Finally for the night, we’re back to Team Tom and
Ruth Brown. We’re told (reminded? I can’t remember, and I’m too close to the end to go off and check) of the fact that her audition was two days before her dad’s funeral. Ruth says that she realised no one was turning, so she went hell-for-leather on her end note, and it was the length of time that she held it for that convinced Tom to turn. Handy! In rehearsals, Tom tells Ruth that he sang with Aretha Franklin once.
I know, Ruth, we’re all bored of his anecdotes too, but you might need to fake enthusiasm for a bit longer. He wants to give her a vocal showcase, so she’s singing ‘Get Here’ by Oleta Adams. Ruth says that it’s like singing to her dad, because no matter how far away he is, he’s still right beside her.
I’m not sure what sort of vendetta the stylists have got against Ruth, but
yeah. I really don’t think “Roz from Monsters Inc.” was the way to go. Ruth’s performance is a little too theatrical for television, but there’s just something about that moment when she opens her mouth and the voice of someone about 30 years older pops out that makes me forgive her for things like that. Girl can sing, is what I’m saying. She manages a nice balance of vulnerability with the sheer power of her voice, and for my money, this is the most assured performance of the evening, although there are one or two licks that could have done with…not being licked, as it were.
At the end, Holly’s all “RUTH MOTHERFUCKING BROWN!!!”, so you know it’s good. She appears to have sung so hard that Danny
doesn’t appear to quite know where he is right now. Maybe the sheer brute force re-activated the swivel function on his chair and he got a bit dizzy. The male judges are on their feet applauding, while Jessie is sat down, drying her eyes. Tom and Holly do a bit where the crowd is so appreciative that he can’t hear her questions, and the crowd is only too happy to play along, of course. Tom thinks that if we were judging on applause, Ruth would win. Maybe they should implement that next series. Danny thinks that “we talk about licks and riffs” (we do?), but “we could all lick it off your boots.” God, another mentor with a sordid sex fantasy about a contestant. This show is disgusting. William says that he wants to interview her, and asks how long she’s been singing. Ruth can’t entirely remember, but she’s never had any professional training. William says that this is a special show, because we’re just listening for the voice, and he doesn’t know if people would’ve seen her on another show (MENTIONING NO NAMES) the way we’ve just seen her now. (No, she would have been styled a lot better – Chris) Jessie gets the final comment, and says that if anyone was watching her just now (and if they weren’t, WHY NOT?) they’d see she was crying, because she sang that song on TV when she was 15, and she was so scared. I love that Jessie’s crying is only like 20% about Ruth and 80% about herself. Jessie says that Ruth – wait for it – did her father proud.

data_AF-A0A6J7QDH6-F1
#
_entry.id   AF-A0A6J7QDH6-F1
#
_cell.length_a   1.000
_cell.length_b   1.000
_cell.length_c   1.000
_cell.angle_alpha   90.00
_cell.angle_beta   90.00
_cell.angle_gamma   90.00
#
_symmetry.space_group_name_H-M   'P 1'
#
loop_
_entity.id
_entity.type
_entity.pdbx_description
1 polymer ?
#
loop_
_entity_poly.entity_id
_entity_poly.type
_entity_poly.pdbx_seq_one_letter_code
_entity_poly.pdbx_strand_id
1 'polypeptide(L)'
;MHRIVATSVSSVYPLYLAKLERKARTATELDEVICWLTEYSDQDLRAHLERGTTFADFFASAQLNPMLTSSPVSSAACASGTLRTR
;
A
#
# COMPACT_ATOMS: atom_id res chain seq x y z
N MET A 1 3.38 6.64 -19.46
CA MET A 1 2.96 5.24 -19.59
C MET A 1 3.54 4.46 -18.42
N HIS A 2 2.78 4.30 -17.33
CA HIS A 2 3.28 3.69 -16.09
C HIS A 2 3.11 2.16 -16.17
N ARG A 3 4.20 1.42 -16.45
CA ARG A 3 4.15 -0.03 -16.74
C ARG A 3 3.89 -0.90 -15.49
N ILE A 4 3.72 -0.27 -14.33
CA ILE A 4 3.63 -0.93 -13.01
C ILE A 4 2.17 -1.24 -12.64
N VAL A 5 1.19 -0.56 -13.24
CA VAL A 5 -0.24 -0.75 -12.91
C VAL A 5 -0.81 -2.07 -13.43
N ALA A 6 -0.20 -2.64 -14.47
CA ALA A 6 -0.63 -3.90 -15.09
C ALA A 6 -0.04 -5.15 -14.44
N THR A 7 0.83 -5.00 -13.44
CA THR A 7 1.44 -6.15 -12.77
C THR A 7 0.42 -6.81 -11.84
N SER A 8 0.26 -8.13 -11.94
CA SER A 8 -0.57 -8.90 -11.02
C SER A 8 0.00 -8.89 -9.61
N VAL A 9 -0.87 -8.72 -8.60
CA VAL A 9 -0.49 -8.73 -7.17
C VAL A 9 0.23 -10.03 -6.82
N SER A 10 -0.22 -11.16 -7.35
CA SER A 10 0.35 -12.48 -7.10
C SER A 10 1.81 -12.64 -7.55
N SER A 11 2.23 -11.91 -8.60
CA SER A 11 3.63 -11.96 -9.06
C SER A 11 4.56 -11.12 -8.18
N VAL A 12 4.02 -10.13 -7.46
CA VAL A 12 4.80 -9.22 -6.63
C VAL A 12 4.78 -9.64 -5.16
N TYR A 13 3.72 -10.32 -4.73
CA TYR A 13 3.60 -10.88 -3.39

We go back to the V-Room (and by V-Room, I mean…) to revisit poor, unloved Reggie one last time, where he reveals that a viewer has referred to Matt as “Gandalf”, and
everyone laughs. Someone else has tweeted that they’re in love with Tyler, and Reggie says “aren’t we all” before hastily clarifying that he doesn’t mean himself because LOL GAY PANIC. There follows a momentous moment in the show’s history
as they finally harness the 1.21 gigawatts of energy needed to go BACK TO THE FUTURE! Also, the phone lines are open. Holly wants us to remember that when we’re voting, it’s still All About The Voice, and that is why there were no pictures broadcast at any point during tonight’s show. Give it up, Holly: like it or not, you’re now The X Factor with nicer chairs. And they’re not even that nice without the big red buttons.
Ooh look, Reggie finally escaped. He and Holly have just enough time to pimp out tomorrow’s results show, which features the debut performances of Team Danny and Team Jessie as well as a live performance from
noted patriot Lana Del Ray. One act from each team is going home tomorrow, but who?